Traditions for the Future
Tom Heath: Good morning. It’s a beautiful sunny in the Old Pueblo and you’re listening to KTDT Tucson. Thank you for spending part of your brunch hour with us on your downtown Tucson Community sponsored rock and roll radio station.
Tom Heath: This week, we’re going to head over to campus to speak with three members of the 2000 team responsible for making the Student Union Memorial center possible. Today is March 8th. My name is Tom Heath and you’re listening to Life along the streetcar.
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Tom Heath: We’re going to start Today’s Show with a spring forward. Rest of the country experiences daylight savings time, spring forward today. So it’s three hours difference now on the East Coast but here in Tucson, we don’t we don’t deal with that nonsense. We know that but our show has sprung for we’ve moved to 11 a.m. So hopefully you are listening. If you tuned in 11:30 you are going to miss us.
Tom Heath: We’re part of a changing line up here on Downtown Radio. The Sunday shows are making a little bit of a tweak and we are pretty solidly in at 11 a.m. Good stuff coming down the road there that’s going to be following us but we’ll exit the show today with a little music and it’ll take you to the top of the hour. When Ty Logan is in with his show Heavy Mental, and that shows being extended to an hour. So excited for that as well. Sunday’s are starting to shape up.
Tom Heath: We’re going to move right into our feature though because we got a big one today and want to really give it a lot of time. So imagine the amazement of Bill Bowers, University of Arizona graduate 1927, as he discovers a bell headed for the smelter for destruction and that bell was inscribed with USS Arizona. It was one of the two bells salvaged from the actual ship and it was soon to be destroyed.
Tom Heath: Bowers was instrumental in Saving the bell and getting it back to his alma mater, where it has rung since 1951. And it’s no surprise that the Bell was the centerpiece of the present-day Student Union Memorial Center. Not just because of its connection to the USS Arizona, but also its connection to the 50 years it had previously been a part of the campus.
Tom Heath: Frank Farias, retired executive director the University of Arizona bookstore, had a vision to create a new store which would transcend the idea of a campus bookstore and portray the University as an industry leader in retail. At the same time, the University was planning a modern Student Union to replace the existing building. The two projects work together and the result is this amazing structure just east of Old Main.
Tom Heath: When you’re inside of it, you look to the West you see the bookstore to the east the Student Union. From above you may think you’re looking at a ship docked in the harbor. From the ground you’re surrounded with elements of design from the historic buildings being replaced, from the Region’s geology and the culture of the students.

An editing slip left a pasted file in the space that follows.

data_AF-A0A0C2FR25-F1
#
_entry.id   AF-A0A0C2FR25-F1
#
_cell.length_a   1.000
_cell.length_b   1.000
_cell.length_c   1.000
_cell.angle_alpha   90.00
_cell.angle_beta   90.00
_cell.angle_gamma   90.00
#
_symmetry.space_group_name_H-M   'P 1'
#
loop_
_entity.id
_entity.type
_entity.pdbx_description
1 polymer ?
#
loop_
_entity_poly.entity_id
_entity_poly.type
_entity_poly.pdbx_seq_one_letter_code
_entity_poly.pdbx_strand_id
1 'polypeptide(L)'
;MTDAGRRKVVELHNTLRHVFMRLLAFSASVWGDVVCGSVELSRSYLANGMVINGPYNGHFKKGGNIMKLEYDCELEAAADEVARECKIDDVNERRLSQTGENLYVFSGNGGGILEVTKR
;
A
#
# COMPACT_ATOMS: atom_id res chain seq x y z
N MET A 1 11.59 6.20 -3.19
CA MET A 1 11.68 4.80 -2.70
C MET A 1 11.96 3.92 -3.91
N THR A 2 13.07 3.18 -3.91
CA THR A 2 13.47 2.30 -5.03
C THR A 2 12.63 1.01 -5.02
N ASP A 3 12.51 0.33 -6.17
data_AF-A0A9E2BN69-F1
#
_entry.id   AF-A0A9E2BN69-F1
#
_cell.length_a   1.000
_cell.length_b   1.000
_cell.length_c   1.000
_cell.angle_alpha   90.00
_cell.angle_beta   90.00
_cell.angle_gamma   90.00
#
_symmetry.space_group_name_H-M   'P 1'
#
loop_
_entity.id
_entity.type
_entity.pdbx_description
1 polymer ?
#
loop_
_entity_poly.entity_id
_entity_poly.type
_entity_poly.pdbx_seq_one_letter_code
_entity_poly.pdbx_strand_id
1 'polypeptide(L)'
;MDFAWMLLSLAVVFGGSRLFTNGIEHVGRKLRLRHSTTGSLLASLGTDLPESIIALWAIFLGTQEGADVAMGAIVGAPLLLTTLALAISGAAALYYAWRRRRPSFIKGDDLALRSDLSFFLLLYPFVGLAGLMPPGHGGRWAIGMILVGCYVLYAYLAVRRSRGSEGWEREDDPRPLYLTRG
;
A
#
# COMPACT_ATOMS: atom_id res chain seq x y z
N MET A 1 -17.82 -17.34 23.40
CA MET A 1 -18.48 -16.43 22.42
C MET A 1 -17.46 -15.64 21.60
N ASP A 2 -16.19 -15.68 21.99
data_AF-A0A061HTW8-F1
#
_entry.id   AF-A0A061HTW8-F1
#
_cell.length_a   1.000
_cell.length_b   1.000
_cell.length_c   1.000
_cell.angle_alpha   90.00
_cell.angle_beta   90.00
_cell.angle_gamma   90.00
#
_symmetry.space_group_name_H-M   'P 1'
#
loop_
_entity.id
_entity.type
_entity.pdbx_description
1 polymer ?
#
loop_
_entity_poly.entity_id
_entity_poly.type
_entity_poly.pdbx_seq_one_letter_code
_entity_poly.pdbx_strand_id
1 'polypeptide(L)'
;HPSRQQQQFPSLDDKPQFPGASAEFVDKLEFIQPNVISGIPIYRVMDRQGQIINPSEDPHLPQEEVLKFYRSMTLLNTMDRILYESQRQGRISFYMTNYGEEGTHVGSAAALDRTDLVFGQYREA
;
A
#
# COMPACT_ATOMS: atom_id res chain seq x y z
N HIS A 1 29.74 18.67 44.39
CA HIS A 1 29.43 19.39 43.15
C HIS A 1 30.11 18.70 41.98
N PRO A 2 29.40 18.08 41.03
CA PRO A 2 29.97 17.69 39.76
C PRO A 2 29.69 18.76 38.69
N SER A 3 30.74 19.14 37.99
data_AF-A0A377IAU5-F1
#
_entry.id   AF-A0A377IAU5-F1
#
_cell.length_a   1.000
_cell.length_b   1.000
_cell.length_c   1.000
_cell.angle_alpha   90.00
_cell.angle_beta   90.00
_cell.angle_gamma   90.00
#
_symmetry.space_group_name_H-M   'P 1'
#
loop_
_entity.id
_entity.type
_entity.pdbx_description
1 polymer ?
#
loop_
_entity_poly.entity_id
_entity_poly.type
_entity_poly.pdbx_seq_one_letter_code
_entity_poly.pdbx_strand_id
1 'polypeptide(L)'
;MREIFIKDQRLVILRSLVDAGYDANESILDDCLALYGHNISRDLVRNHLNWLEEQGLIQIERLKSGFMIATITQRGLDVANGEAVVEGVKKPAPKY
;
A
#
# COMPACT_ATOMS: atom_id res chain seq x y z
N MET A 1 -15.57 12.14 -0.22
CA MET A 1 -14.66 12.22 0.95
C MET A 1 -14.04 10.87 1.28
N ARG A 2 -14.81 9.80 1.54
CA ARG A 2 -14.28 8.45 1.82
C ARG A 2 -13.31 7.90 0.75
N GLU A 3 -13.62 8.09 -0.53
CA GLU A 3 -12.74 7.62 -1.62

Tom Heath: Even the process was revolutionary. Up until the Student Union, it was common practice to complete the design then send it out to find the lowest bidder. Bob Smith, who is the current Vice President for University Planning, introduced the design-build model by which designers and contractors work together toward the final project. Construction can begin before the complete design is finalized. This method has been proven as more efficient and less costly, another Innovation from UArizona.
Tom Heath: I had a chance to take a tour of the Student Union in the bookstore with Frank Farias and we recorded our conversation as we walked. We were joined by two members of the project, Chris Kraft who is a project manager still at the University and Joe Soto Santi, a student union project operations manager now since retired. So we had a mic going lots of background noise. So bear with us on that but really good information and we are happy to share that with you here today.
Tom Heath: The whole thing is if we could just if there’s just kind of walk and if there’s anything in particular that you find fascinating and her that might not be as obvious at this point those out so we can get medical care here. What all the symbolism that you’re aware of its in the building or any any special history anything that you’d like to share and just kind of walk and talk and then you guys let me know.
Tom Heath: You know, I have a general idea of designed to be Memorial to the USS Arizona and I understand there’s pieces of the ship and there’s also some iconic symbolism involved here. And there’s the Bell.
Frank Farias: Have you seen the model of the ship in the in the in the union the large? Yes, so you just shows what people don’t know what you can see is what you see from the sky is the actual shape of what it looks like. He’s being here looking from up here above this would be the shape of the shit. Right?